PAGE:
The Los Angeles Chargers may not have a top-flight quarterback, but they do have an elite tight end. This week, they paid him like it, too.
The Chargers made former Arkansas star Hunter Henry the highest-paid NFL tight end by paying him just over $10 million dollars for 2020.
Henry missed all of 2018 with an ACL injury and had a scare last season when he missed four games with a tibia plateau fracture in his left knee. However, he rebounded in a major way, catching 55 passes for 652 yards and five touchdowns.
Reportedly, both sides want a long-term deal to keep Henry in a Chargers uniform for many years. The current negotiating window ends in mid-July. A deal could be done before the season or later. In any case, Henry is locked in for next season, which the Chargers are banking on (literally) being his best as a pro.
Despite the injuries, Los Angeles management has seen enough of Henry to know they need to keep him. Last season’s strong performance was proof that he is tough and has grown in experience even after missing all of 2018. Henry has also showed that unlike some tight ends, he bolsters the run game with monster blocks but also has the finesse to be a high-level pass catcher. Both of those qualities have shown through and gave the Chargers all the reason they needed to bank up the Brinks Truck to Henry’s front door.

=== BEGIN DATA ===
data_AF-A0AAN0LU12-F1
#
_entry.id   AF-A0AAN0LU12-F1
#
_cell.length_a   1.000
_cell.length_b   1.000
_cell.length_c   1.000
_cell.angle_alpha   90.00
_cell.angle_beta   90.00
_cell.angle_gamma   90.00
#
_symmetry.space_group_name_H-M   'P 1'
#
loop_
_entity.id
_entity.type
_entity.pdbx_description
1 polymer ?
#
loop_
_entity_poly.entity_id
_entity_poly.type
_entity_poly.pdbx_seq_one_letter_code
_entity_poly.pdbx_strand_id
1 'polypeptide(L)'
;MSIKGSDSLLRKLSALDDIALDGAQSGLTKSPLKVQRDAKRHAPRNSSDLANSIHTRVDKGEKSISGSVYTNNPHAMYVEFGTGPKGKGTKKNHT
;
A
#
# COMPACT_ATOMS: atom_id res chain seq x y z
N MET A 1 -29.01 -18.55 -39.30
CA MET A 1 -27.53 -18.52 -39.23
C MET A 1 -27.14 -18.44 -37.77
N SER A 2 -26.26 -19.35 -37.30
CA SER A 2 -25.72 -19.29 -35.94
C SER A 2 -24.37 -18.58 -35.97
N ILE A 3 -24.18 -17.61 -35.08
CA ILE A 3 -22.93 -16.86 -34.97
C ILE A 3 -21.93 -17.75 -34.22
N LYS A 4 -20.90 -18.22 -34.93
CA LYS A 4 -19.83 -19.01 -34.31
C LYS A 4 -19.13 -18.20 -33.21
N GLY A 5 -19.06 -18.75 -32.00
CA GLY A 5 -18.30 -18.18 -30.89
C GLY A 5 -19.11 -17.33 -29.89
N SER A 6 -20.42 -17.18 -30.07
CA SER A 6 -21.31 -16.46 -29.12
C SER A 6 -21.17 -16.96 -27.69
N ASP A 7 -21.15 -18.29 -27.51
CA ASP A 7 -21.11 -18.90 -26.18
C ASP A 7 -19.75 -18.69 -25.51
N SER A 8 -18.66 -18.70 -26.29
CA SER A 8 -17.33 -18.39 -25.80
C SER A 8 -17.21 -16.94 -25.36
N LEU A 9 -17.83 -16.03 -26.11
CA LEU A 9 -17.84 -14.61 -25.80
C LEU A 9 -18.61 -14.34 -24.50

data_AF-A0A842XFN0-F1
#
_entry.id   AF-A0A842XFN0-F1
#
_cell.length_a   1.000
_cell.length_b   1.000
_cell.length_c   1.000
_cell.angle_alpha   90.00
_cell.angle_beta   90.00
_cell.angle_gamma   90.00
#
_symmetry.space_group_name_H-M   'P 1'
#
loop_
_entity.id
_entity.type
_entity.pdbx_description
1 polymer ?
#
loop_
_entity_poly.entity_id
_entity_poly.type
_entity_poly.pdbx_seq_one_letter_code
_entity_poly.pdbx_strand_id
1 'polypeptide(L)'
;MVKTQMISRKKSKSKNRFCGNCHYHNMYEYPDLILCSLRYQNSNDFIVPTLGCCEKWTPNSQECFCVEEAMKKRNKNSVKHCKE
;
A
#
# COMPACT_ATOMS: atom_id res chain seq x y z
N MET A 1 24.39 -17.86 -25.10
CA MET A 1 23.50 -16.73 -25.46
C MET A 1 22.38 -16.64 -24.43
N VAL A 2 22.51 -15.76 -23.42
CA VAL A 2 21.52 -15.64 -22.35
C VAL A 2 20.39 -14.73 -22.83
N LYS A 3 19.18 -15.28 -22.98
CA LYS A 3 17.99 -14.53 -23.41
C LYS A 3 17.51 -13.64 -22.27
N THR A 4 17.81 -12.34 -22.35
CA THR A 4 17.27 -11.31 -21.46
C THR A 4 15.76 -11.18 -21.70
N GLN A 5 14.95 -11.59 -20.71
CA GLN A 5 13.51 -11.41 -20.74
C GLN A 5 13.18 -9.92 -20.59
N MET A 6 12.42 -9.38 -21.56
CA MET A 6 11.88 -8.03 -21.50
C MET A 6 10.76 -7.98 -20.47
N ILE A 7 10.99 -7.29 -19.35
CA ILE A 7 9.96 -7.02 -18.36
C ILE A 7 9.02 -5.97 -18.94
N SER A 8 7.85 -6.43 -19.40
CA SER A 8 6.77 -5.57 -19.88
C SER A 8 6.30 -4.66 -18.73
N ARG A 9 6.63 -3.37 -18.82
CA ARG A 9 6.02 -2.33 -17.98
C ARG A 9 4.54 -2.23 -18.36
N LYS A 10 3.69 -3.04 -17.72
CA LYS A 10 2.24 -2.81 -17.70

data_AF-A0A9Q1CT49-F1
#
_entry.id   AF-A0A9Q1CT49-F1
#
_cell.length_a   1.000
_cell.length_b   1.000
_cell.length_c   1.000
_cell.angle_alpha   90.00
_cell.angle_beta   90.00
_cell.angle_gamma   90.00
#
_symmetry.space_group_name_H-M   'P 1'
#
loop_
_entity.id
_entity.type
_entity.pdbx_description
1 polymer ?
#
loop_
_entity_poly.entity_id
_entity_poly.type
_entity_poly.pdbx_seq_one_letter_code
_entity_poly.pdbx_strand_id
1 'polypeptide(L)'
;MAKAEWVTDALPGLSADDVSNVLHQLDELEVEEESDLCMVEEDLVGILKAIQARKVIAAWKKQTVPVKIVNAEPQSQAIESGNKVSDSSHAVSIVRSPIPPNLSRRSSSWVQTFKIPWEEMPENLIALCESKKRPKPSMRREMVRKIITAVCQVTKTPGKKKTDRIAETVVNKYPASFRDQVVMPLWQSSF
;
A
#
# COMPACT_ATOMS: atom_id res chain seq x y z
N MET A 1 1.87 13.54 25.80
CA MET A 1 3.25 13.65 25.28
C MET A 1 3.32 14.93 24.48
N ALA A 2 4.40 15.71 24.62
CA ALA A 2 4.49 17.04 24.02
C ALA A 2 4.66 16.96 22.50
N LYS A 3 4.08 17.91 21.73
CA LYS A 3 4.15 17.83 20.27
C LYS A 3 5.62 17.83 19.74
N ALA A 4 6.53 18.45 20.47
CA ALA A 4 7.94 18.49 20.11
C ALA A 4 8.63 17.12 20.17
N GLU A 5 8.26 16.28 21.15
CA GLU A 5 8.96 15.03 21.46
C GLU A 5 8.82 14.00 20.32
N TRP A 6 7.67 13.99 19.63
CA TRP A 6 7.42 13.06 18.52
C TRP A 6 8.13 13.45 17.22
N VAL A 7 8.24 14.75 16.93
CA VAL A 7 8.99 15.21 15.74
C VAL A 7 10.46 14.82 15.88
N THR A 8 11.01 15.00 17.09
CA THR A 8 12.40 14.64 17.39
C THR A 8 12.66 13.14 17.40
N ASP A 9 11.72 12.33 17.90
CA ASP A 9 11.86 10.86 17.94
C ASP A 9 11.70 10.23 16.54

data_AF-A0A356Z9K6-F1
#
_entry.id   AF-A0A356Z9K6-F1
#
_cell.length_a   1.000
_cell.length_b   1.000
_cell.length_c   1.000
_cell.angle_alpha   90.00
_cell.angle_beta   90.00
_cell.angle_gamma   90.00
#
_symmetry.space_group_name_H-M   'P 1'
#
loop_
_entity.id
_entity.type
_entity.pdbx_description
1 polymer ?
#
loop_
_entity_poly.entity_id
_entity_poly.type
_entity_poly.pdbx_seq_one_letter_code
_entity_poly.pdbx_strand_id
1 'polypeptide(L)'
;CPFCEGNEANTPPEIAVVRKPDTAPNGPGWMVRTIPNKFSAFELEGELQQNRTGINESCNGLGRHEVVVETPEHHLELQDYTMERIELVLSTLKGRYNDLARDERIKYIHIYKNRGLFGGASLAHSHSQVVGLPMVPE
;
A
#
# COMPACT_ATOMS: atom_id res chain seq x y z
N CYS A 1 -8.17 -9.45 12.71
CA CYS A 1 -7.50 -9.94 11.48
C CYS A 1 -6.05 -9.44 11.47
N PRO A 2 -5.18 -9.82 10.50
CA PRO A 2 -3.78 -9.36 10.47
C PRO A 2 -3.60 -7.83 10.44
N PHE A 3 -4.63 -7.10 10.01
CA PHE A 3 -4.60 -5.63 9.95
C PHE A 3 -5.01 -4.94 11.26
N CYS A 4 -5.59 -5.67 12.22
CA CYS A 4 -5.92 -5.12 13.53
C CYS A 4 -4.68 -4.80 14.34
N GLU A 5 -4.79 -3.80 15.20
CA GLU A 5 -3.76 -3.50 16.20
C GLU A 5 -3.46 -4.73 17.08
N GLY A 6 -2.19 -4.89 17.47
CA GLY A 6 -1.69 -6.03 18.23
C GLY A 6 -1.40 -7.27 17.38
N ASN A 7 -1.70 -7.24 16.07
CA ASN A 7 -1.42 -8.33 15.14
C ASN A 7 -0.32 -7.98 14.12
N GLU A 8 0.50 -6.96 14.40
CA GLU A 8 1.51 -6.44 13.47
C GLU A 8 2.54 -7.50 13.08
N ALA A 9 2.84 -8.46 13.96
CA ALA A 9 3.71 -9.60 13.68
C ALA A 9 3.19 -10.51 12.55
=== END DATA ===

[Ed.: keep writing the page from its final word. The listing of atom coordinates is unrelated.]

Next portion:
However, I would say, and I bet the Chargers brass does too, that Henry’s biggest asset may be his character. His talent has never been questioned since he emerged as a top-flight college prospect as a sophomore at Pulaski Academy in Little Rock. But, the fact that he has high morals and a tireless work ethic, only makes his athletic ability all that more attractive. There are plenty of players who would not have been ready to play after two tough injuries. Last summer, I heard Henry speak at the All Arkansas Preps banquet, and it was pretty apparent that he wasn’t going to let anything stop him in 2019, and he didn’t. Not every player could weather that storm, but Henry’s faith and determination is as strong as his physical attributes. That attitude was definitely appreciated by PA head coach Kevin Kelley and former Arkansas tight ends coach Barry Lunney Jr.
The interesting factor for the Chargers and Henry will be how the team adjusts at the quarterback position. LA is apparently going to ride with journeyman Tyrod Taylor after longtime star Phillip Rivers and the team cut ties after 16 seasons. Rivers will try to resurrect his career in Indianapolis, and Taylor will attempts to shake off the rust after only throwing seven passes dating back to Week 4 of 2018. His backup will most likely be an inexperienced, younger player.
I have my doubts about Taylor. As sharply as Rivers had declined, he’s still more capable than Taylor. The Chargers must think by locking in Henry and featuring talented and versatile Austin Ekeler in the backfield, that Taylor will have the help me needs. He has the ability to electrify, it just appeared that he was no longer an NFL starter.
Regardless of what happens at QB, Henry will do his part. There will be pressure from the media to live up to his big deal, especially since Kansas City Chiefs standout tight end Travis Kelce, a defending Super Bowl champion, resides in the AFC West as well. That will be brought up more than a few times this season, but Henry will take it in stride. The Chargers made at least one smart offseason move.
Image courtesy of Los Angeles Chargers/Mike Nowak